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Andrew Alden

A yearning for chalk

By March 19, 2007

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I just finished reading a lyrical article by John McPhee in the March 12 New Yorker about, among other things, the great chalk beds of northern Europe. Seek it out and enjoy the way McPhee weaves the human and the geological together. Chalk is largely unknown in the United States, but it's a key ingredient in European lifeways and commerce. All I can do now is gaze at my gallery of limestones and think of England.

UPDATE: Perhaps I should think of Kansas instead, where Ron Schott points out there is plenty of chalk. All over the Plains states, in fact. But the east (at least the northeast) and west have little—as McPhee points out in his article (and as I mention in connection with aragonite), chalk forms only during certain geologic periods, depending on the magnesium in seawater.


March 20, 2007 at 11:25 pm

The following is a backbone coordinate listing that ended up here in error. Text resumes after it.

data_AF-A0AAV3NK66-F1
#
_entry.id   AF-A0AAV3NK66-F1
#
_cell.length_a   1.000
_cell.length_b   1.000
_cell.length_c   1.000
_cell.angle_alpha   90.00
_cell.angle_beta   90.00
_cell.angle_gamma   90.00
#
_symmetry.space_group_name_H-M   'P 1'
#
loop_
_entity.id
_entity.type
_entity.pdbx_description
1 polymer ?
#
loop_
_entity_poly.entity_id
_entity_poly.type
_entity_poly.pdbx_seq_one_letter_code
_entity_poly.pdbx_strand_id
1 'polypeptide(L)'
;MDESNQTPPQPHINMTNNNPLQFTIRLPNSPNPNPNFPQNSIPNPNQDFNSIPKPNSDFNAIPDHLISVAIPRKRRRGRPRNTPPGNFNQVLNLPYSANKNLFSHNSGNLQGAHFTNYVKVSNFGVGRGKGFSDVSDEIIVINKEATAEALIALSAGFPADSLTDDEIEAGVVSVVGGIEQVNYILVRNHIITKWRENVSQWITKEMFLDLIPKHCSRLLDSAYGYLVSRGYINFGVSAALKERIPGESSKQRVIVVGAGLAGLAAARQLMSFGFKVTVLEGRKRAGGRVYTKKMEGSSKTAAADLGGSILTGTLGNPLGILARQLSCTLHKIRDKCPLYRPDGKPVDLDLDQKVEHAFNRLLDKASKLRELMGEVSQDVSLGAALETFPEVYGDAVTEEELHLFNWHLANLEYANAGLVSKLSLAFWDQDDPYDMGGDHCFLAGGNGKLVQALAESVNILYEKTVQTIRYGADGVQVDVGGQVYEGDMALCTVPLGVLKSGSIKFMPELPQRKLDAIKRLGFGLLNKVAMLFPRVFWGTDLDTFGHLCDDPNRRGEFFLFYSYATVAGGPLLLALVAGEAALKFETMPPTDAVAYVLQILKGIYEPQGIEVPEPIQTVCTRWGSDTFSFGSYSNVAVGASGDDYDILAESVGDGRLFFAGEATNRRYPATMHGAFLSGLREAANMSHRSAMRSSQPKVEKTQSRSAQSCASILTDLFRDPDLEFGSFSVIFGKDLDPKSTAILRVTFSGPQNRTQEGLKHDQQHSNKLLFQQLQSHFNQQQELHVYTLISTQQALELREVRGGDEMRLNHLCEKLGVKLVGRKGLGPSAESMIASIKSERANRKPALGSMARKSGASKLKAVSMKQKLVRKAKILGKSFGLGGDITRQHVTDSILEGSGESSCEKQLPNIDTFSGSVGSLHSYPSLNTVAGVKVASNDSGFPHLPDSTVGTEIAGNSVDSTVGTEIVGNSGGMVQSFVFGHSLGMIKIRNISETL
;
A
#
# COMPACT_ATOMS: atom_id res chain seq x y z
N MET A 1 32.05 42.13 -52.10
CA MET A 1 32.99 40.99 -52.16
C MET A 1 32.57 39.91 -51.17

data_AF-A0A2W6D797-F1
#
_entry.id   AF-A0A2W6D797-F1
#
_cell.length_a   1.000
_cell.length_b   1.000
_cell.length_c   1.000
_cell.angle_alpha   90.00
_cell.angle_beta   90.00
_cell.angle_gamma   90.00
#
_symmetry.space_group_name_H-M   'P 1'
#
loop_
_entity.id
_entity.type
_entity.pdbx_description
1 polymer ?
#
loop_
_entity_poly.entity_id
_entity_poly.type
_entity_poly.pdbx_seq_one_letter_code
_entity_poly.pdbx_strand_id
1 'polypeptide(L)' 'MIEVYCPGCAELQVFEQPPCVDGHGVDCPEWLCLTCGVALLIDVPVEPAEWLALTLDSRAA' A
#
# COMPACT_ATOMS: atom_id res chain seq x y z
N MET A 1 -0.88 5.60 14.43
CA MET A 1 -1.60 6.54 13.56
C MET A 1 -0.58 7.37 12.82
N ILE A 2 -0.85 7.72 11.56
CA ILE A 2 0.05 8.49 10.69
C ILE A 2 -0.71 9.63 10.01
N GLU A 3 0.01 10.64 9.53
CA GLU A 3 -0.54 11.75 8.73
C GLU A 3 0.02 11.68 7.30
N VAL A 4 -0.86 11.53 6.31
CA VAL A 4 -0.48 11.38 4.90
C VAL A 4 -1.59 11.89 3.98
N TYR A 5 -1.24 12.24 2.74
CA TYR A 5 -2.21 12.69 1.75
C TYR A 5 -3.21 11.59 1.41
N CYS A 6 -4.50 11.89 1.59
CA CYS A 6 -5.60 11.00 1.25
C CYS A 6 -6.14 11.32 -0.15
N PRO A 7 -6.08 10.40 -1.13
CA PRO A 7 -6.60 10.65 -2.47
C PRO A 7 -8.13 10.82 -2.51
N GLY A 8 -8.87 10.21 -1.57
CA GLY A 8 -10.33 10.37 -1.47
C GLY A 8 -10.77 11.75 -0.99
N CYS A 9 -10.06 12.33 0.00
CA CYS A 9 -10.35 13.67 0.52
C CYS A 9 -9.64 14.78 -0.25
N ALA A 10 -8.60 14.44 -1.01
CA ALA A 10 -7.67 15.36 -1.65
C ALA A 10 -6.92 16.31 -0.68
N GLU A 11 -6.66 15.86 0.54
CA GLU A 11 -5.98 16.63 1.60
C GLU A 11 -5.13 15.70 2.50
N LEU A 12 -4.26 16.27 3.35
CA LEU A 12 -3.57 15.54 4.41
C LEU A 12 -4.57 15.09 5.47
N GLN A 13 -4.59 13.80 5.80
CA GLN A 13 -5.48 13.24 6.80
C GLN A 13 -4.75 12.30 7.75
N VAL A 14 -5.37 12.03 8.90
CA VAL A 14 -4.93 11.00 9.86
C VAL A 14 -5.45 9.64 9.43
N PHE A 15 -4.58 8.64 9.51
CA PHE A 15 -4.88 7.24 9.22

(1) Ron Schott says:

Chalk it up to Geological Ignorance

No offense meant, Andrew, but there’s plenty of chalk in the USA.

March 21, 2007 at 1:59 pm
(2) Don Thieme says:

There is chalk throughout the Cretaceous embayment, east as well as west of the Mississippi River. It is so thick and dense in both Mississippi and Alabama that it retards groundwater movement and has important implications for both the migration of existing hazardous waste and possible deep storage. I believe that deep well injection into and beneath the chalk there is already being done, for example. Chalk microfossils are also studied by paleontologists here in the Southeast, many of whom work in the petroleum industry.

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